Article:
Video production

How Camera Angles Can Engage Audiences Emotionally

Welcome to Creator Corner, our monthly series where we feature guest contributions to our blog. This month’s post written is a two-part blog series about how camera angles can emotionally engage your audience.

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Why does watching Titanic unfailingly bring you to tears? Is it the tragic plot? Kate and Leo’s brilliant acting? The passionate script? The moving soundtrack? 

It’s likely a combination of all of these things. But whether you realize it or not, the way in which each shot was filmed–through various camera angles, framing, and movements–likely played a part in the emotion you are feeling as well. 

Unless you have a background in film or are specifically paying attention to them, camera techniques are not usually apparent to the viewer. But if every scene in a film was composed of static, eye-level shots, much of the film’s intrigue would be lost. 

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Let’s take a look at the most common camera angles used in cinema that function to bring attention to, amplify, and engender viewer emotion. 

Camera Angles: the Ambassadors of Emotion

Eye-level shot. We’ll start with the most widely-used type of shot: the eye-level. While basic, the eye-level shot’s simplicity can be just as powerful of a tool as any other. It functions to enhance the emotions already present in a scene, simply allowing the characters and storyline to do the talking (or emoting). The eye-level shot mimics how humans actually view the world, allowing the audience to more naturally get swept up into the storyline. On its own, the eye-level shot is capable of conveying feelings of calm or normalcy, something that is especially relevant to scenes before the film’s central action has taken shape. The eye-level shot can be an especially impactful technique when juxtaposed with any other type of angle. This pairing creates a striking contrast that intensifies the viewer’s emotions.  

An example of an eye-level shot from cinematographer Tom Stern for Gary Ross’ ‘The Hunger Games’

Dutch angle/Dutch tilt shot. The Dutch angle results from the camera being intentionally placed at an off-kilter angle– off from the horizon level by at least 30 degrees or more. It’s a stylistic camera choice that typically brings about a feeling of uneasiness and disorientation, making the viewer feel as if something in the film is not quite right. Typically used in thriller or horror scenes, the Dutch angle indicates that something unconventional is about to happen. In a similar way, the Dutch angle can also amplify the disoriented mental/emotional state of a character. A slight Dutch angle can bring a slight sense of uneasy foreboding, while a strong, dramatic Dutch angle can bring a deep sense of dread, indicating that something is horribly wrong.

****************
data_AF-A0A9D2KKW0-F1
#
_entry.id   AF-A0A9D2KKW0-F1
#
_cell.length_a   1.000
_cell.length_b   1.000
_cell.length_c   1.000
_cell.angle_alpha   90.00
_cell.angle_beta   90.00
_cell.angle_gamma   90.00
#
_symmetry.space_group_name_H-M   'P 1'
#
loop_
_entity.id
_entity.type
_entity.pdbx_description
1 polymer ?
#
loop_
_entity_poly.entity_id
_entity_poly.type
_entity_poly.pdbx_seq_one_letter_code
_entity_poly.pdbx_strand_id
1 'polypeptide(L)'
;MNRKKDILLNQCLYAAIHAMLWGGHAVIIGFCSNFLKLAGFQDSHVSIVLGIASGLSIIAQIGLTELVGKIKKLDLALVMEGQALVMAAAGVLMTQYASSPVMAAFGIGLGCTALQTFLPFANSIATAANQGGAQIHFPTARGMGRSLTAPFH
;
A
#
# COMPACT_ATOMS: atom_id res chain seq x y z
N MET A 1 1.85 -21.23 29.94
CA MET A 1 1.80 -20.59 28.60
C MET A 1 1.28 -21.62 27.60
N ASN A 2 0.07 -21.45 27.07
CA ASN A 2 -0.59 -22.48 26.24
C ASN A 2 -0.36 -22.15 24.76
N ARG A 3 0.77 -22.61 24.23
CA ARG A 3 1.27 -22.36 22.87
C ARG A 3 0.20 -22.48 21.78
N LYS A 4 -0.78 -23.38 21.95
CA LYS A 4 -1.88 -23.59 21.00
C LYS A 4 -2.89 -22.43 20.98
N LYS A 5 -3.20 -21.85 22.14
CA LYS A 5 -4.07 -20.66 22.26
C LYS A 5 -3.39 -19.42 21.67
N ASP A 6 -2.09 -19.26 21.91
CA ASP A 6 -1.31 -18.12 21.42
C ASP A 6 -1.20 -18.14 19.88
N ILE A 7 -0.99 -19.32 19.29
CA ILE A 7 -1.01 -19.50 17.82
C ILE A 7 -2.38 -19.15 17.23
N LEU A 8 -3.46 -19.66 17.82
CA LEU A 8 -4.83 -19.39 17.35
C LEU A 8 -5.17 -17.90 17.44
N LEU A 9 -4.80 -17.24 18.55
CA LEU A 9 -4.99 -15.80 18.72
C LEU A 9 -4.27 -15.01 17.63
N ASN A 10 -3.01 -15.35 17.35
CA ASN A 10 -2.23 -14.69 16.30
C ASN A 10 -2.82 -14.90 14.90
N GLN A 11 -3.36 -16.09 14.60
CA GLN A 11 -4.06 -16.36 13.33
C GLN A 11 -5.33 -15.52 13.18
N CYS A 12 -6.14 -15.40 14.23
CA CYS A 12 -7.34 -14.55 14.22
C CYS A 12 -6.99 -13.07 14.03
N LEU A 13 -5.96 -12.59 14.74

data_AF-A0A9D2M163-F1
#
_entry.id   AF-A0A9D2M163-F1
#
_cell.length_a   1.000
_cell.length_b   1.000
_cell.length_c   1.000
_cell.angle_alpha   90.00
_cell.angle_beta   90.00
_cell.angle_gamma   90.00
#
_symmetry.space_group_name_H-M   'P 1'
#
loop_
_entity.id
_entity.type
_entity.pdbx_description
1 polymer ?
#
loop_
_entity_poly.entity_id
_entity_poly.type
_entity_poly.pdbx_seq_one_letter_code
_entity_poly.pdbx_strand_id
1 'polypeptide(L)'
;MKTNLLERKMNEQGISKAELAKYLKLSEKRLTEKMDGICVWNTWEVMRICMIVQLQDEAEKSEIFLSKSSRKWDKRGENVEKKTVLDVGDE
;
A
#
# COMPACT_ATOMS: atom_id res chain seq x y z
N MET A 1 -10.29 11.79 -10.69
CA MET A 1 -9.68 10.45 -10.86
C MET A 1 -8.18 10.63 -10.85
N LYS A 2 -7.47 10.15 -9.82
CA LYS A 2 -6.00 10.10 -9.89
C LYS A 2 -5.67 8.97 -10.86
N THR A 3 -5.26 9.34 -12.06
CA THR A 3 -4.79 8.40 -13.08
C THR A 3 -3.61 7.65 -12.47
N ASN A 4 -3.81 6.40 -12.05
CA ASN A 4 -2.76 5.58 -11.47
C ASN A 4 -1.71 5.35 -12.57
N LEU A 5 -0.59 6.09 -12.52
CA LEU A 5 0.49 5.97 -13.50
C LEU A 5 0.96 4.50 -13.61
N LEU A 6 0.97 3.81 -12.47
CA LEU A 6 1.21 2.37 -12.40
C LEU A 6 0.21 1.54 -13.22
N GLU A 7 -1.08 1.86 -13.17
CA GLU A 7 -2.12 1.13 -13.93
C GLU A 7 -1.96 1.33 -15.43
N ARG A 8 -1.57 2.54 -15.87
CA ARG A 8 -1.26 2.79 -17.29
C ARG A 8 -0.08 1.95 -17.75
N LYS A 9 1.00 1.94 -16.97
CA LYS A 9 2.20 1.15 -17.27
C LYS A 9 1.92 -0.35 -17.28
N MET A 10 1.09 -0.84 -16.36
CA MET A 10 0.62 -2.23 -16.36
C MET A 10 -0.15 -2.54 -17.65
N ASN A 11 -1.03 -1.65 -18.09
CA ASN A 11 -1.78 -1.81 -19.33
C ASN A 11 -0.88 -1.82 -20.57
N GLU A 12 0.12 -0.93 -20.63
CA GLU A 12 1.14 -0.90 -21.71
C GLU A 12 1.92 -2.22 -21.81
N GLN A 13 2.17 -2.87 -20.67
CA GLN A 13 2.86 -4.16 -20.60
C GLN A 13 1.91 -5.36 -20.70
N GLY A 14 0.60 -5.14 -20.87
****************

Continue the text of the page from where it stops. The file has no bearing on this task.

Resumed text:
Overhead shot/high-angle shot. The overhead or high-angle shot is the product of the camera being placed directly above the subject. Like any angle, this technique can be employed from long, medium, or close-up positions. Overhead shots taken from long distances are often used as a means of illustrating the sheer scale of a scene. When taken from extreme angles, overhead shots can generate a feeling of terror or tension in the viewer, igniting humans’ natural fear of falling from heights. On a character-level, high-angle shots can offer the audience insight into how a character is feeling. They often illustrate the vulnerability, helplessness, or insignificance of a particular character. Shooting down at a character oftentimes paints them in an inferior light, making them appear small and weak. This is especially the case when paired with an eye-level or low-angle shot.

An example of an overhead/high-angle shot from cinematographer Russell Carpenter for James Cameron’s ‘Titanic’

Read more of this article, and check out their follow up, Motion Creates Emotion, for additional insights into the way the camera angles can instigate emotional resonance.

Michaela is a Marketing & Production Intern at Luminoustudios, a female-run video production company based out of NYC and LA. She firmly believes in the power of video to effectively communicate personal stories, and she is proud to be a part of a company that achieves this every day. She’s currently a rising senior at Loyola Marymount University in Los Angeles, pursuing a degree in Environmental Studies and minoring in Studio Arts and International Documentary Production. She hopes to one day combine her love of art/design, video, and the environment to make a positive global impact.


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